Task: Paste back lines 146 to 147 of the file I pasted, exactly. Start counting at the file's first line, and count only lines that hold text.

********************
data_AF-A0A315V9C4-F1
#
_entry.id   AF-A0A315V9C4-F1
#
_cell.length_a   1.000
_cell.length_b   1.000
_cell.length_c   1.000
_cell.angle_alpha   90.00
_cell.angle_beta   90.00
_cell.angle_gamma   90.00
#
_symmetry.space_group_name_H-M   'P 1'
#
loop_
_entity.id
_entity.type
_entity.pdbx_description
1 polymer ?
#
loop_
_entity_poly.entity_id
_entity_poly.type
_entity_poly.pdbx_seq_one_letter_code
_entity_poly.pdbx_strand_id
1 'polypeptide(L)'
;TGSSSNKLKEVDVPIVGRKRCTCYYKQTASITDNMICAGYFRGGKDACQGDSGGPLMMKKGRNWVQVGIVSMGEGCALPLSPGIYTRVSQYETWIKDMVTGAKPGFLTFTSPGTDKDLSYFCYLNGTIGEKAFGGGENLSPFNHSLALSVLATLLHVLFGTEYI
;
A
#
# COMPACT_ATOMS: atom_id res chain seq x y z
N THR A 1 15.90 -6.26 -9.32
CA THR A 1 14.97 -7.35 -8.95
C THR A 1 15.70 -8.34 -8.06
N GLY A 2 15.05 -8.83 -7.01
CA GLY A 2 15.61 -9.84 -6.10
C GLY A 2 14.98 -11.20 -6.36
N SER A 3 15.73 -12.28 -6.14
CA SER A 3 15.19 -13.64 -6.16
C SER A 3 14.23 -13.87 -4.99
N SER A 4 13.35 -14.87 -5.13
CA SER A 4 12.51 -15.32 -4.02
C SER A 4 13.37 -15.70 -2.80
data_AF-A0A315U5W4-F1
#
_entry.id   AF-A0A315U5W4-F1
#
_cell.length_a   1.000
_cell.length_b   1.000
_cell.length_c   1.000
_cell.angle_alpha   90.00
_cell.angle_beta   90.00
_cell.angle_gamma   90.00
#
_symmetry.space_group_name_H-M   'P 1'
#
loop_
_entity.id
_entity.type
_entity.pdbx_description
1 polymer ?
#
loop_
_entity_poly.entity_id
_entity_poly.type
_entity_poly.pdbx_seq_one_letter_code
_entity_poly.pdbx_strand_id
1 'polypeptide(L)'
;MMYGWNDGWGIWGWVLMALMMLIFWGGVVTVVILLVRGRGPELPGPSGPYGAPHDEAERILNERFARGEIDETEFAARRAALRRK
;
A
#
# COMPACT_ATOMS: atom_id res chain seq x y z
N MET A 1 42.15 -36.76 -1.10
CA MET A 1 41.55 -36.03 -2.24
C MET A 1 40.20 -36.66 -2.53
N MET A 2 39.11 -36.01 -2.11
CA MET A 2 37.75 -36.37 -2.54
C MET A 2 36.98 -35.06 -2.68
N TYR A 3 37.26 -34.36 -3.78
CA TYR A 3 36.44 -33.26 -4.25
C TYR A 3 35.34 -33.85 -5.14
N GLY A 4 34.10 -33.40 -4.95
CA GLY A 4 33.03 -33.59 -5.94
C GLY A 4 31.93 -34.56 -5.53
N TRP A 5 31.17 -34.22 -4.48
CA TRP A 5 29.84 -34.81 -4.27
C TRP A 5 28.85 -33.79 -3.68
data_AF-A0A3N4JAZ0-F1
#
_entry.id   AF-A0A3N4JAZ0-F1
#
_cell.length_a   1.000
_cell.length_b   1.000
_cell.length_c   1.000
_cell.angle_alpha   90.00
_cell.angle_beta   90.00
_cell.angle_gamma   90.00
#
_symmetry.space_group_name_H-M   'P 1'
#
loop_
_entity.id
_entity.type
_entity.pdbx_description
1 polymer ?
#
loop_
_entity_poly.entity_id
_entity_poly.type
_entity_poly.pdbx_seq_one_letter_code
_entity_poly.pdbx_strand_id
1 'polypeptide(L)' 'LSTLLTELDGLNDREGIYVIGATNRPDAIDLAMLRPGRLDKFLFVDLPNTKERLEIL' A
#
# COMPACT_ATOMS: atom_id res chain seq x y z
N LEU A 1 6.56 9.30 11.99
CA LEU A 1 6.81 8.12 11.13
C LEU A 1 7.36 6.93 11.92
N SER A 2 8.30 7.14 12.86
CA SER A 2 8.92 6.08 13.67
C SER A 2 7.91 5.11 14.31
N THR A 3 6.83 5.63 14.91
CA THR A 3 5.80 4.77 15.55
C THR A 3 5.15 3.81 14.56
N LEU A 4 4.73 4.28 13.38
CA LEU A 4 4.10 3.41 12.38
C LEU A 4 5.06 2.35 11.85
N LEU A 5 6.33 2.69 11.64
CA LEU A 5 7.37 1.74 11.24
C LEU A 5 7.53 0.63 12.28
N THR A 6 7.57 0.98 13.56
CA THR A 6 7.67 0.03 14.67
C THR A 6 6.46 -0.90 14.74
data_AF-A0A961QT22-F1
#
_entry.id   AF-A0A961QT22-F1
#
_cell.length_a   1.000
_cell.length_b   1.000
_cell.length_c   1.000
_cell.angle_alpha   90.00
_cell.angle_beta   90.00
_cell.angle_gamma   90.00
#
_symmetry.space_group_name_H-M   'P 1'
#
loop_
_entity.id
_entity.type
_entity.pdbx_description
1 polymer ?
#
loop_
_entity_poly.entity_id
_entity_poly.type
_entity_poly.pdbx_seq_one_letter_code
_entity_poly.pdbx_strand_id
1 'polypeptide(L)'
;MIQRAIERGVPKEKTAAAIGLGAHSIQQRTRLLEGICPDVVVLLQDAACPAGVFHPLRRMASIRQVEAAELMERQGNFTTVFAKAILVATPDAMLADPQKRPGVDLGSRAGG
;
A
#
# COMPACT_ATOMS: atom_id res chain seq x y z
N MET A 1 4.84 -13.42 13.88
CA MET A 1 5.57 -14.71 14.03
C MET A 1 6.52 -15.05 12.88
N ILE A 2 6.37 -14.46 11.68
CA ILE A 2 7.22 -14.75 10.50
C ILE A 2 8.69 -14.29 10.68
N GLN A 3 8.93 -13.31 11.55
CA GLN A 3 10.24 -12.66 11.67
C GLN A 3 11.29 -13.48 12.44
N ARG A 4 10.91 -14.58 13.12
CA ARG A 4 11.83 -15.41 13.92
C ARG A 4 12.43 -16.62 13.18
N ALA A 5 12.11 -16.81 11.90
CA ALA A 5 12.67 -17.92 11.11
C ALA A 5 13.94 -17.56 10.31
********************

loop_
_entity.id